Top Stories
Top Stories
Economy

Kudlow: Trump is flexible on China tariffs depending on how trade talks go

Key Points
  • President Trump remains open to a trade deal with China, White House economic advisor Larry Kudlow tells CNBC.
  • The two sides are set to meet again in September after recent talks in Shanghai failed to produce progress.
  • The tariff burden is "falling almost 100% on China," Kudlow insists.
VIDEO1:1701:17
Kudlow: Trump is willing to be flexible on tariffs, depending on trade talks

Despite the intensification of the trade and currency fights between the U.S. and China, President Donald Trump remains open to a deal that would lead to flexibility on tariffs, White House economic advisor Larry Kudlow said Tuesday.

"The reality is we would like to negotiate," Kudlow told CNBC's "Squawk on the Street " during a live interview. "We're planning for the Chinese team to come here in September. Things could change with respect to the tariffs."

Kudlow, director of the National Economic Council, serves as a chief economic advisor to Trump. He spoke a day after the stock market tanked amid worries that the trade and currency dispute had hit a new level as the U.S. accused China of manipulating its currency to gain an unfair economic advantage.

Wall Street saw a positive open Tuesday, though concerns remained over what happens next in the long-simmering battle. The U.S. is looking for China to open up its markets more to U.S. companies and to not steal technology.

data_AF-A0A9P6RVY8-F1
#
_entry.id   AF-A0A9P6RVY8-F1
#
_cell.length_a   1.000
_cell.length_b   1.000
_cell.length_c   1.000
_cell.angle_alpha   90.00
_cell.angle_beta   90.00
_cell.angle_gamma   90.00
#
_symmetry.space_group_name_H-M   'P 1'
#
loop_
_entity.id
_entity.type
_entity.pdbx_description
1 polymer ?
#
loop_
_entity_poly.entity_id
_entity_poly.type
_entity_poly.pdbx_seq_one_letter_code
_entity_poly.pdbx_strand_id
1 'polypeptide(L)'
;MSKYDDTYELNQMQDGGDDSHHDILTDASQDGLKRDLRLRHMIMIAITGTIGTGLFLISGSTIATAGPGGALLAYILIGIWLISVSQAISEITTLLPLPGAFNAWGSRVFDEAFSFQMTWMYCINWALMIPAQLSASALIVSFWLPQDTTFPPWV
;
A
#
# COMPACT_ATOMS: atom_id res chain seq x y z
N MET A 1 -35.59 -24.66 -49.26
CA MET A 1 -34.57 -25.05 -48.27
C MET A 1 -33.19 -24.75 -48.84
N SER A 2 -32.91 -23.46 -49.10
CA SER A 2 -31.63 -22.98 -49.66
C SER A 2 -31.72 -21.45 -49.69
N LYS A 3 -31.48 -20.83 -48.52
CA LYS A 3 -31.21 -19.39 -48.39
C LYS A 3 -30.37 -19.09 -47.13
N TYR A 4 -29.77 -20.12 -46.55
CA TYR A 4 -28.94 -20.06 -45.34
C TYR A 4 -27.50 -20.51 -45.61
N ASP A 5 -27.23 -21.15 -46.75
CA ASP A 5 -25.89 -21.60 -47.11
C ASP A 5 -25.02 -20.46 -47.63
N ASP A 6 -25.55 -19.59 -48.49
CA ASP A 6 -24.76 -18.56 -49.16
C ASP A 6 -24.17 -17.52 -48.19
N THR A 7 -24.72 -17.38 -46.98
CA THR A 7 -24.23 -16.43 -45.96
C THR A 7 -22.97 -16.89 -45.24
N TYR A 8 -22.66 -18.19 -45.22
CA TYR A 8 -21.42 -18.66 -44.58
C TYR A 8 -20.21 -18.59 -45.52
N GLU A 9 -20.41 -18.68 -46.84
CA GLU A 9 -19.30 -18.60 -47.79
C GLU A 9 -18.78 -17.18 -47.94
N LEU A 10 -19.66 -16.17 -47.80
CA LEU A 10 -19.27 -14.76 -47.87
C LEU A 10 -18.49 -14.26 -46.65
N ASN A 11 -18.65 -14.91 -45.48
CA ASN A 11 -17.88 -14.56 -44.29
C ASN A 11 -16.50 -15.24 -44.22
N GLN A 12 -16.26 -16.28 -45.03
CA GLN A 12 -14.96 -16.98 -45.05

Trump has rattled off a series of aggressive tweets against the Chinese, stating his intent Thursday to tax the remaining $300 billion or so of imports not already subject to tariffs and continuing to demand that the U.S. get a better deal.

"In the course of his tweets and his conversations with the trade team, he would like to continue negotiations," Kudlow said. "He would like to make a deal. It has to be the right deal for the United States. We would much prefer a commercial transaction."

Kudlow declined comment on a Wall Street Journal report that he was against the new tariffs.

He did say that he sees the U.S. as having a clear advantage as the impasse continues, adding that the tariff burden "is falling almost 100% on China."

"The American economy is in great shape. It's booming, there is no inflation," Kudlow said. "We're in terrific shape. The Chinese, regrettably, are not."

He added: "The Chinese economy is crumbling. It's just not the powerhouse it was 20 years ago. "